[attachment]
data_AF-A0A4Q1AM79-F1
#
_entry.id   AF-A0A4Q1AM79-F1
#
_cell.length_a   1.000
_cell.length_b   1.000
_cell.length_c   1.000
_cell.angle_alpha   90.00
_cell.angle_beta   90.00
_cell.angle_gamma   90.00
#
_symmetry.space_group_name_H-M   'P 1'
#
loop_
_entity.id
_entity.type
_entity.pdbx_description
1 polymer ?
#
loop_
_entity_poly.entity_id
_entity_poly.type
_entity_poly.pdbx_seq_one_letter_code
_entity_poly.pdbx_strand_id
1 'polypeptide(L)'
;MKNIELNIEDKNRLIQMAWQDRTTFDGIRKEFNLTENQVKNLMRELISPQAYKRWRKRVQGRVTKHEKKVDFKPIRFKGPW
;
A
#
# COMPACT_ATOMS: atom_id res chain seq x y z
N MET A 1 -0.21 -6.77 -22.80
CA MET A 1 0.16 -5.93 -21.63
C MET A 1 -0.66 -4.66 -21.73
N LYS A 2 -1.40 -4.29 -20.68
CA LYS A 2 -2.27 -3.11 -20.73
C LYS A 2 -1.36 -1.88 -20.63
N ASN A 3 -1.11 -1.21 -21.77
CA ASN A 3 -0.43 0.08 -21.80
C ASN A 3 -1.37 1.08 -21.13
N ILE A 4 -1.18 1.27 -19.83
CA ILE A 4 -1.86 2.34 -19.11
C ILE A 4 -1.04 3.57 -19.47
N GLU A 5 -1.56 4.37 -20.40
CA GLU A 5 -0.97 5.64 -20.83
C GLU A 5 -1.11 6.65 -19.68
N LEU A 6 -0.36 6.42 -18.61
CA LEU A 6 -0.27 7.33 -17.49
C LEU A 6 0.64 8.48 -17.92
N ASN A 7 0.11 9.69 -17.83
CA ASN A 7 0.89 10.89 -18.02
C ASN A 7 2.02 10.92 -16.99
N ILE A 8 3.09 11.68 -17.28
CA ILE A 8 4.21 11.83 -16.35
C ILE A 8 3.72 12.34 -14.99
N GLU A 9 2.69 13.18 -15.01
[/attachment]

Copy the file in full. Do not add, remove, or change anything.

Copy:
data_AF-A0A4Q1AM79-F1
#
_entry.id   AF-A0A4Q1AM79-F1
#
_cell.length_a   1.000
_cell.length_b   1.000
_cell.length_c   1.000
_cell.angle_alpha   90.00
_cell.angle_beta   90.00
_cell.angle_gamma   90.00
#
_symmetry.space_group_name_H-M   'P 1'
#
loop_
_entity.id
_entity.type
_entity.pdbx_description
1 polymer ?
#
loop_
_entity_poly.entity_id
_entity_poly.type
_entity_poly.pdbx_seq_one_letter_code
_entity_poly.pdbx_strand_id
1 'polypeptide(L)'
;MKNIELNIEDKNRLIQMAWQDRTTFDGIRKEFNLTENQVKNLMRELISPQAYKRWRKRVQGRVTKHEKKVDFKPIRFKGPW
;
A
#
# COMPACT_ATOMS: atom_id res chain seq x y z
N MET A 1 -0.21 -6.77 -22.80
CA MET A 1 0.16 -5.93 -21.63
C MET A 1 -0.66 -4.66 -21.73
N LYS A 2 -1.40 -4.29 -20.68
CA LYS A 2 -2.27 -3.11 -20.73
C LYS A 2 -1.36 -1.88 -20.63
N ASN A 3 -1.11 -1.21 -21.77
CA ASN A 3 -0.43 0.08 -21.80
C ASN A 3 -1.37 1.08 -21.13
N ILE A 4 -1.18 1.27 -19.83
CA ILE A 4 -1.86 2.34 -19.11
C ILE A 4 -1.04 3.57 -19.47
N GLU A 5 -1.56 4.37 -20.40
CA GLU A 5 -0.97 5.64 -20.83
C GLU A 5 -1.11 6.65 -19.68
N LEU A 6 -0.36 6.42 -18.61
CA LEU A 6 -0.27 7.33 -17.49
C LEU A 6 0.64 8.48 -17.92
N ASN A 7 0.11 9.69 -17.83
CA ASN A 7 0.89 10.89 -18.02
C ASN A 7 2.02 10.92 -16.99
N ILE A 8 3.09 11.68 -17.28
CA ILE A 8 4.21 11.83 -16.35
C ILE A 8 3.72 12.34 -14.99
N GLU A 9 2.69 13.18 -15.01